As technologically advanced as today's sportbikes are, it's interesting to note that while even the most basic and bottom-rung econobox automobile comes standard with an anti-lock brake system, none of this seemingly basic safety technology has made its way to the supersport market. Of course, it could be said that ABS (anti-lock brake system) has barely made inroads into the motorcycle market in general, much less sportbikes. But with many sport-touring and standard motorcycles now being offered with ABS as an option, why hasn't it been even attempted with a supersport bike?
The two biggest reasons have been performance and weight. A sportbike is lighter, nimbler, smaller, and more powerful than your average motorcycle, and as such demands a more tactile approach to riding it. This is especially true when it comes to slowing all that performance; today's braking systems are highly-developed designs that are engineered not only to bleed off all that speed as quickly as possible, but also to provide the rider with maximum control over that deceleration via feedback and modulation. Any interference in that line of communication degrades the riding experience, and most ABS systems' threshold up to this point have been too low to avoid the disconnection that would inevitably occur on a supersport machine. And then there is the added weight of all the additional componentry and hydraulic fluid, of which there is very little room for on the compact and pared-to-the-bones build of a sportbike.
Leave it to Honda, then, to tackle the seemingly impossible task of engineering an ABS system specifically for supersport models that doesn't intrude upon their personality or performance.
We covered some of the primary aspects of Honda's new Combined ABS in a previous issue ("Honda Unveils Brake-By-Wire ABS for Sportbikes", Late Braking, September '08), but now that we've managed to get a CBR600RR C-ABS model for test (the C-ABS is also available as an option on the CBR1000RR), there are a ton of important details on the system that have come to light.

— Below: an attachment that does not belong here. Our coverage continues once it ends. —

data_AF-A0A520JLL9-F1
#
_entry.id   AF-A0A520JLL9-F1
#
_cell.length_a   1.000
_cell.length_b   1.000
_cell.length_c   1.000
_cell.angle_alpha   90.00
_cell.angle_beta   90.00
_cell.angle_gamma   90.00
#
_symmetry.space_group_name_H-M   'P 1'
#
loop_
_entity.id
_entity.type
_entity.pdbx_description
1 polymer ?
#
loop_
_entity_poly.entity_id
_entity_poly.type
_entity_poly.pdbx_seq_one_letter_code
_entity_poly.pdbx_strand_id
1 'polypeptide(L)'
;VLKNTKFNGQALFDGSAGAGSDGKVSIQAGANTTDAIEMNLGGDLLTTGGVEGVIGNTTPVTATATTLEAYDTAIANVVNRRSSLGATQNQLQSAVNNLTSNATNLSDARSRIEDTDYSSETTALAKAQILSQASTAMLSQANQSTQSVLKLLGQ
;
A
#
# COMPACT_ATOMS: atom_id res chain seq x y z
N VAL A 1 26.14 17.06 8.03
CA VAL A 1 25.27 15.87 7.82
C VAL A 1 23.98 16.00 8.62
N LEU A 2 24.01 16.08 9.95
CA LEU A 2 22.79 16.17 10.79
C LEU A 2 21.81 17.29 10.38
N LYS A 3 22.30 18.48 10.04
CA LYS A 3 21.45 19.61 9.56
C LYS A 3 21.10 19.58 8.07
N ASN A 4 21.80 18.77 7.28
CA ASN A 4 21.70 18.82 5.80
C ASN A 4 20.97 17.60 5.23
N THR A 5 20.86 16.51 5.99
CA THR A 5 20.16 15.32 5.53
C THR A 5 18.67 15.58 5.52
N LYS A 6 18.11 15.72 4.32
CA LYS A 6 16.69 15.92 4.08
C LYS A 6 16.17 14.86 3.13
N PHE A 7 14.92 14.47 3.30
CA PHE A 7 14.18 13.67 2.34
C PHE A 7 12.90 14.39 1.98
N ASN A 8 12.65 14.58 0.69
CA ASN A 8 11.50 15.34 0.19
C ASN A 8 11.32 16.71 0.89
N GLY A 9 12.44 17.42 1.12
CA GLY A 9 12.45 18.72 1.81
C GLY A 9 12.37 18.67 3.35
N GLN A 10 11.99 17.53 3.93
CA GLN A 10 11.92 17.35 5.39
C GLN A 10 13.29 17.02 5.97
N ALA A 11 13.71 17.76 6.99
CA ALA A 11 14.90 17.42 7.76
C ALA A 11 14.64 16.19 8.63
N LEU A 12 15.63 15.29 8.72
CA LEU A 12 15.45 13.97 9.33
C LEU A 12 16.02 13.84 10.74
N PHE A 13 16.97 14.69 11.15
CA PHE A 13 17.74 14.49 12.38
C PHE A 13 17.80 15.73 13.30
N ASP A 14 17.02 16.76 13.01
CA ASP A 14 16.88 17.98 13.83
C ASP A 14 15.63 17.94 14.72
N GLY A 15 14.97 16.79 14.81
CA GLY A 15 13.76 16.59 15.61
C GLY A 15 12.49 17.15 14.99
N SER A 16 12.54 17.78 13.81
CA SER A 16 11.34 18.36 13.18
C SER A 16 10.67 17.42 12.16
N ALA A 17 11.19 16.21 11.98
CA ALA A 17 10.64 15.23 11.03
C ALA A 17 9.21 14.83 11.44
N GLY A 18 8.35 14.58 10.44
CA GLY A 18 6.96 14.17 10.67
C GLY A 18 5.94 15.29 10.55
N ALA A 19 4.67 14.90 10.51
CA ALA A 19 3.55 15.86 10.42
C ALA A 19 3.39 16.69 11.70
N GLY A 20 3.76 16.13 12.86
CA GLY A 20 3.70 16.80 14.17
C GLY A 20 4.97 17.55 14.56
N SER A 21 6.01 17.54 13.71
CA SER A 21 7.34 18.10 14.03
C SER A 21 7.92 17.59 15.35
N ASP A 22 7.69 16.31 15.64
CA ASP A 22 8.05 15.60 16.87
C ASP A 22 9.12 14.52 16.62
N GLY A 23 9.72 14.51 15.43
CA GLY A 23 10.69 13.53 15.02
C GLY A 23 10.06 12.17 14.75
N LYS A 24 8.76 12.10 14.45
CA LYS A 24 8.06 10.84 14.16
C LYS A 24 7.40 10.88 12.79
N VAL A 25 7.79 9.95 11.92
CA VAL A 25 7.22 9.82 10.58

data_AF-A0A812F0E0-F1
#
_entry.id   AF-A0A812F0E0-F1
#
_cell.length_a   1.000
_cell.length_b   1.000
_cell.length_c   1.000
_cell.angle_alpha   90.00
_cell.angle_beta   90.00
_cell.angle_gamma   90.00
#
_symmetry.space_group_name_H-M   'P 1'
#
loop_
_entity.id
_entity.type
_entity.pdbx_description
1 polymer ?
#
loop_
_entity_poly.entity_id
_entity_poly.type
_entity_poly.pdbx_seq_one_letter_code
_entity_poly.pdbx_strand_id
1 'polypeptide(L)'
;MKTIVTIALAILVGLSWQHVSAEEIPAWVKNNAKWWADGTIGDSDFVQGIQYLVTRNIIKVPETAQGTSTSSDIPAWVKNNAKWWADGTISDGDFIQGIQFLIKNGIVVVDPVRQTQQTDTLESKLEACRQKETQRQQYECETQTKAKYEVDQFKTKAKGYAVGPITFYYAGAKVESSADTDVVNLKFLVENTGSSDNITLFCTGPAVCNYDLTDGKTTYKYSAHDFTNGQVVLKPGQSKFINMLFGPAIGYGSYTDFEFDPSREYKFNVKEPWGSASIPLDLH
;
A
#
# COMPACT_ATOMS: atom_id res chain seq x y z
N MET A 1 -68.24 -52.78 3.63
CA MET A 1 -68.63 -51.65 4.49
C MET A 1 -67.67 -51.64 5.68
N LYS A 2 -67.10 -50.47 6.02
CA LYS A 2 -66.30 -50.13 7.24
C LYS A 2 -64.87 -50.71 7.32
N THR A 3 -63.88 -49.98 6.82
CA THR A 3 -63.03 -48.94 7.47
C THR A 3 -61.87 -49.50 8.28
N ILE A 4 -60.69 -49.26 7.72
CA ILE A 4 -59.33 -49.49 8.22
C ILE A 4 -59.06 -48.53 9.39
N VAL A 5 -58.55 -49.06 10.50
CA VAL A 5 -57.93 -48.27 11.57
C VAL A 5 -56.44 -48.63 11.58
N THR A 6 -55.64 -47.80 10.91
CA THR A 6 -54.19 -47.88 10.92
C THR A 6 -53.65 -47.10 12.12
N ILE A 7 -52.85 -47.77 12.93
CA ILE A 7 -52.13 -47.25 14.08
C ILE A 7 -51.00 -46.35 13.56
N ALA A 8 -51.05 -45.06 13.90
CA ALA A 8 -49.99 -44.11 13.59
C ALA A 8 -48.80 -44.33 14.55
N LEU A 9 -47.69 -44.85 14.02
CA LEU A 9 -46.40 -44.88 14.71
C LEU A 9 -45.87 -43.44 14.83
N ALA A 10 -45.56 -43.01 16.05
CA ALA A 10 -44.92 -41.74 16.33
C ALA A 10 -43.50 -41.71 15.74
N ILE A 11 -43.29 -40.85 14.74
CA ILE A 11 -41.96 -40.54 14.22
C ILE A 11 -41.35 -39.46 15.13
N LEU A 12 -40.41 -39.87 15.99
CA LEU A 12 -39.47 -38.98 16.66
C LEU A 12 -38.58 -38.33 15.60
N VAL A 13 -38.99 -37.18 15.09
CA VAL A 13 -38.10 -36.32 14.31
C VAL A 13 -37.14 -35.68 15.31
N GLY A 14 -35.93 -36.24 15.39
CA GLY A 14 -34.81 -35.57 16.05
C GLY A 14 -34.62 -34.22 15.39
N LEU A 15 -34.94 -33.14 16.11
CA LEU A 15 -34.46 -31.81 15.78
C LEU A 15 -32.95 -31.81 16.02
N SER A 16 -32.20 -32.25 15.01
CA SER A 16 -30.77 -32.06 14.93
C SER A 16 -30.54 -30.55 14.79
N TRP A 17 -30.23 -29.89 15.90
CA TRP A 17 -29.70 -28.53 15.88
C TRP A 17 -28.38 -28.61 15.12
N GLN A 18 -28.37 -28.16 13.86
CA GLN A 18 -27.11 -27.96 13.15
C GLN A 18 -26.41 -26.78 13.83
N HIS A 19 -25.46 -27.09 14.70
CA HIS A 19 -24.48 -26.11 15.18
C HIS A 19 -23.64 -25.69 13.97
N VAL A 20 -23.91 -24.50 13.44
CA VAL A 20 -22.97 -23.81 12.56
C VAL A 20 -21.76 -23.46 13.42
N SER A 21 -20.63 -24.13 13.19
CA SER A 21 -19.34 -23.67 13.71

The biggest difference between conventional ABS and Honda's Combined ABS is that the Honda system is a true "brake-by-wire" design, meaning the brakes are electronically controlled--and that includes normal operation, when the ABS isn't triggered. Conventional ABS uses hydraulic pressure generated by the brake master cylinders from the rider pulling on the front brake lever/pushing on the rear brake pedal and redistributes it via a pressure control valve and/or pump to vary the hydraulic force at the point of wheel lockup. This often causes a loss of feedback at the lever (with many ABS, the lever feel becomes mushy and soft) due to the hydraulic pressure being rerouted through the various components when the system is activated.
These are the main components...
These are the main components of the Combined ABS: the two valve units on upper left and upper right measure the hydraulic pressure generated by the rider through the conventional brake master cylinders, and send data to the electronic control module in the center, which interprets the data and sends commands to the power units on lower left and lower right to apply pressure to each brake.
In order to make room for...
In order to make room for the C-ABS rear brake power unit located underneath the tailsection, Honda had to add a remote reservoir to the rear shock.
Both the standard and C-ABS...
Both the standard and C-ABS bike receive this lower fairing extension for '09 that completely covers up the engine. Its main purpose is to hide the C-ABS components that are mounted behind the engine.
Instead of using hydraulic pressure generated by master cylinders in the usual manner, the Combined ABS produces hydraulic pressure using an electric power unit for each wheel. The power unit consists of a DC stepper motor that spins a gear-driven ball screw (basically a screw riding in ball bearings that allows it to spin smoothly and quickly) attached to the hydraulic piston. These are controlled by an electronic control module (separate from the engine's ECU) that interprets data provided by valve units--again, one for each wheel--that measure the amount of pressure the rider exerts on the brake lever/pedal. The ECM tells the power units exactly how much hydraulic pressure to generate based on the data from the valve units; because the ECM is capable of hundreds of calculations and commands every second and the power units are able to adjust the hydraulic pressure just as quickly, there is no need for an inline pressure control valve as with a conventional ABS. This also eliminates the pulsing at the lever common with standard systems.
If the rider isn't controlling the brakes with hydraulic pressure, then won't the feel at the lever be non-existent? Another innovative idea in Honda's system called the "stroke simulator" handles that aspect. In order to simulate the brake feel in both normal and ABS operating modes, two rubber cushions of differing density in each valve unit provide increasing amounts of resistance as the lever/pedal stroke increases. This is designed to offer a familiar sensation to the rider that is claimed to be nearly identical to those generated by traditional hydraulic brakes.